Why React? A Deeper Look into Facebook’s Hit Framework

By: Mark Palfreeman

JavaScript Framework Overload

In 2010, Google released AngularJS. Within a couple years, it was the front-end web framework to use when building a “Single Page App” experience. Angular’s Model-View-* approach was familiar enough to web developers and added magical data binding to speed up development of rich, responsive interfaces.

What makes React unique?

React embodied the concept that UI can be distilled down to components as a function of state. Every piece of a web application can be split into smaller maintainable components, which take in some type of state (data) as input, and render UI (HTML) as output. This simple idea — which gained traction in front-end development with help from React — changed front-end web application development and is a common practice today.

UI as Components

In many ways, web/UI developers are already used to the idea of components — we use things like <button type="submit"> and <input type="text"> all the time. React components are meant to divide parts of an app or website into small, maintainable pieces that are easy to reason about, and can be reused wherever possible.

// PlayingCard.js (component)
const PlayingCard = ({suit, number}) => (
<div className="playing-card">
<span className="playing-card__number">{number}</span>
<div className="playing-card__img">
<img src={`img/suits/${suit}.png`} alt={suit} />
<span className="playing-card__number—inverted">{number}</span>
// data from somewhere
const cards = [
suit: 'diamond',
number: 'J'
suit: 'spade',
number: 'Q'
suit: 'heart',
number: '5'
suit: 'club',
number: '2'
// render to DOM
{cards.map(card => (
<PlayingCard suit={card.suit} number={card.number} />

The React Ecosystem

React has always been a smaller library focused primarily on the UI. One of its main selling points is its (relatively) small size and abstraction from how the rest of the application is structured. It can be dropped into multiple contexts (even within apps built with other JS frameworks), and developers can manage their data however they prefer.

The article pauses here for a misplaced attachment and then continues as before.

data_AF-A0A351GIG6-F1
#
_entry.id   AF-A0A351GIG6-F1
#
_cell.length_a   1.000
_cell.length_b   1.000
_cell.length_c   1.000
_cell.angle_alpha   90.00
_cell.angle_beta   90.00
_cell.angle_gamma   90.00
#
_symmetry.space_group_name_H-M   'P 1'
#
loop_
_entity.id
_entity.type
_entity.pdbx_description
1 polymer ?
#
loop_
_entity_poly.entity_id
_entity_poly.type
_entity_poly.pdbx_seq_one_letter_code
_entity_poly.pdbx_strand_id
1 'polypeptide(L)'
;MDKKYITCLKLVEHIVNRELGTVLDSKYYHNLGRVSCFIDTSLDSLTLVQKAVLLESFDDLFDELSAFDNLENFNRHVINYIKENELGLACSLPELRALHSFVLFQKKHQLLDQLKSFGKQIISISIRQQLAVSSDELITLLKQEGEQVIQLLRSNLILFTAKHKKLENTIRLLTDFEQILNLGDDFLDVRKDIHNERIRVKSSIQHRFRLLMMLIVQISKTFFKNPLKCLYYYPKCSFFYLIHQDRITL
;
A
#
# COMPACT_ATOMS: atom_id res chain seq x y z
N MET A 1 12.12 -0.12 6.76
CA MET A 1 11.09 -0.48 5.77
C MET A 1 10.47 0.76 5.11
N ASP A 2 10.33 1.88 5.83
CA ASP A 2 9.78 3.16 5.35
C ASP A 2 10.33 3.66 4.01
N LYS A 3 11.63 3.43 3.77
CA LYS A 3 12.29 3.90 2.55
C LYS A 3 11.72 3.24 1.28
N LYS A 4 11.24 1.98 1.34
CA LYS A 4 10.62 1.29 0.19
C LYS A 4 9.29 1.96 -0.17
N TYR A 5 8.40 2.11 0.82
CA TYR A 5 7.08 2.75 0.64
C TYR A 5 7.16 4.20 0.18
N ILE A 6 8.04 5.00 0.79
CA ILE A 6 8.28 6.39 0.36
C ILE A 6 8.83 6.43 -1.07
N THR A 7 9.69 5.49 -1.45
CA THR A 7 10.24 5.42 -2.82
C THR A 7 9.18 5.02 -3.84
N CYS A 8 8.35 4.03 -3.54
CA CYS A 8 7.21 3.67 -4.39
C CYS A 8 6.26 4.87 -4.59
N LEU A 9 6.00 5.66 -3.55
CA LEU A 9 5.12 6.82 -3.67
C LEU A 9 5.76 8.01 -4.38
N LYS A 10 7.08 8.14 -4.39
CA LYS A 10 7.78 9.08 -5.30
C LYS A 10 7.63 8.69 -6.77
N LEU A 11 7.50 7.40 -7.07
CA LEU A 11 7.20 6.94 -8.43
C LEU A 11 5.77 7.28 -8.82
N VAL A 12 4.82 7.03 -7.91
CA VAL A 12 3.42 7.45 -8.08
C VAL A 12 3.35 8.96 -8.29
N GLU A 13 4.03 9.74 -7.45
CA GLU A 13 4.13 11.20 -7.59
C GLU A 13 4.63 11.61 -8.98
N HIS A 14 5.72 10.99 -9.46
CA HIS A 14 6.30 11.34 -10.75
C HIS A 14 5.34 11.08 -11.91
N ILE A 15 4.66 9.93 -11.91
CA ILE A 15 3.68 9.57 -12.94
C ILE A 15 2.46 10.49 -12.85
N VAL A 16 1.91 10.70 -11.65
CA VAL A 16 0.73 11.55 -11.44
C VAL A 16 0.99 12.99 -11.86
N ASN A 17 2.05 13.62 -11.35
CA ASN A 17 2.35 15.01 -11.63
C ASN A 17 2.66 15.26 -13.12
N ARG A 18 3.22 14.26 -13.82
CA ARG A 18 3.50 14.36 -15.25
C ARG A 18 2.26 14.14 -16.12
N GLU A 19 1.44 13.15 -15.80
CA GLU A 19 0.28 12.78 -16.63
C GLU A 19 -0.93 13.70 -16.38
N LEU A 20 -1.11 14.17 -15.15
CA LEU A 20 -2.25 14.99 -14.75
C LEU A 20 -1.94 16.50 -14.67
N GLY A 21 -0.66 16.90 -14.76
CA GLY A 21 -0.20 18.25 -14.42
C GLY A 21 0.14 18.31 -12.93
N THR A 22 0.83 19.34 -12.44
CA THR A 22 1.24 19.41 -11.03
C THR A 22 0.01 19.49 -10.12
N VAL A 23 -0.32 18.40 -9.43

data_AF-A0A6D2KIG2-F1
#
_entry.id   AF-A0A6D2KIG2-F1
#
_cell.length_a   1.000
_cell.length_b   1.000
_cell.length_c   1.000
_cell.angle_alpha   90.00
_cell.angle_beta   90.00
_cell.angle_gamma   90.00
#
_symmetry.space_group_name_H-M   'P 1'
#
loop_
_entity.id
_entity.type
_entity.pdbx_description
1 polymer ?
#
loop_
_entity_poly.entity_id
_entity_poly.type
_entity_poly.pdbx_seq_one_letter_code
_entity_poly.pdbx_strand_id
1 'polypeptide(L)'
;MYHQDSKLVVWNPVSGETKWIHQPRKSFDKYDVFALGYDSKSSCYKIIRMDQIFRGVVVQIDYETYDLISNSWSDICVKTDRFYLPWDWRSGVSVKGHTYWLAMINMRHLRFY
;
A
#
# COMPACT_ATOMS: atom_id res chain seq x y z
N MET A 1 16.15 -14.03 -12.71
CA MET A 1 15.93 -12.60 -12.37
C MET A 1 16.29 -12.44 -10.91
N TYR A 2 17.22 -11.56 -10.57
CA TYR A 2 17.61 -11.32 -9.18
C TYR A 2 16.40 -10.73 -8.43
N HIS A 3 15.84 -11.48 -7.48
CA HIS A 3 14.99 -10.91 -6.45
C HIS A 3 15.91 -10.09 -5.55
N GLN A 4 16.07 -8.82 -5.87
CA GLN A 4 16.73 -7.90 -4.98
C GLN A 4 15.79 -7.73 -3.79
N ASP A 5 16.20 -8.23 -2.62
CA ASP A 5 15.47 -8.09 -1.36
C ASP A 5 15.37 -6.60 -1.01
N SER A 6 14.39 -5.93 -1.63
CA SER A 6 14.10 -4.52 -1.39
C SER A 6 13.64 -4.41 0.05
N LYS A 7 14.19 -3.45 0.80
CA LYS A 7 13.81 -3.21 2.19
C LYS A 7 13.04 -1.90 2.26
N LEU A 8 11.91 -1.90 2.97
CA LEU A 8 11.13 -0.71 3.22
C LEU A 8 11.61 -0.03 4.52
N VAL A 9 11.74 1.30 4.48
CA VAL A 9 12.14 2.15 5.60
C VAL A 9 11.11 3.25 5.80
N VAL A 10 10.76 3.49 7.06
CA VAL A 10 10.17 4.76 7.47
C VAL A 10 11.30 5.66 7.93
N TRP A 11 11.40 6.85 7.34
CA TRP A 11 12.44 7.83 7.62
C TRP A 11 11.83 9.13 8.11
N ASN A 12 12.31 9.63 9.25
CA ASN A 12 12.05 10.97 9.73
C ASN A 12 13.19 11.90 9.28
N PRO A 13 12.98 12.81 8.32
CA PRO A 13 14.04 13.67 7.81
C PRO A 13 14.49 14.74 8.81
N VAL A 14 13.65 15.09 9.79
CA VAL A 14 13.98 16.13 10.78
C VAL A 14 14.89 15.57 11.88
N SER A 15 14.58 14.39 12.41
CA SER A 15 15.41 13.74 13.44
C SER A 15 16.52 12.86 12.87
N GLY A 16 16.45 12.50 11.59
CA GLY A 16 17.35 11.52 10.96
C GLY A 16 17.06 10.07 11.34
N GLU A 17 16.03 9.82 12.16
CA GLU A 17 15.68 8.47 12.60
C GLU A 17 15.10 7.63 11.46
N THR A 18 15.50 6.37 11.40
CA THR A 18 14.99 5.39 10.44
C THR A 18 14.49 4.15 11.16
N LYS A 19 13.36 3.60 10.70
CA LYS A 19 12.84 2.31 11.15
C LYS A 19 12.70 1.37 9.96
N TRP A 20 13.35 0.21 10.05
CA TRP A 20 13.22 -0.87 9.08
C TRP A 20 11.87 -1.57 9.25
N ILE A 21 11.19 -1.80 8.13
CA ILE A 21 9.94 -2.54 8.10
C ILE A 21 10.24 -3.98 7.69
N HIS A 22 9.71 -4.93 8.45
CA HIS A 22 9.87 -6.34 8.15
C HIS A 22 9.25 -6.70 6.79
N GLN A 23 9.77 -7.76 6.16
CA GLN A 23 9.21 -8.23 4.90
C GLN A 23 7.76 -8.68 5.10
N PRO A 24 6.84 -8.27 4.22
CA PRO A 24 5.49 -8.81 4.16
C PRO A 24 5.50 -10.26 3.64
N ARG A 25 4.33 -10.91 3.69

Ryan Florence and the folks at React Training maintain React Router and keep it right in step with React updates. It treats routes as React components (noticing a theme?), which feels familiar to developers already using React.

State management

When keeping track of state across multiple React components/routes, Redux has become the state manager of choice, providing a simple way to store state for access anywhere. Redux was written by Dan Abramov, who was later hired by Facebook and is an active maintainer of React and its surrounding tools.


In response to tools like Yeoman and the Ember CLI, Facebook built Create React App to reduce configuration and setup for React development. Developers can get started by running $ create-react-app myproject, and a simple project will be bootstrapped with a development server, transpiling, and dev/test/build scripts.

Getting Started

There are a lot of fantastic resources around the web for any developer who wants to get started in React. To really grasp React concepts, I encourage using it on small side projects and trying out the tools listed above. The following video tutorials are incredibly helpful for guided explanation and practice:



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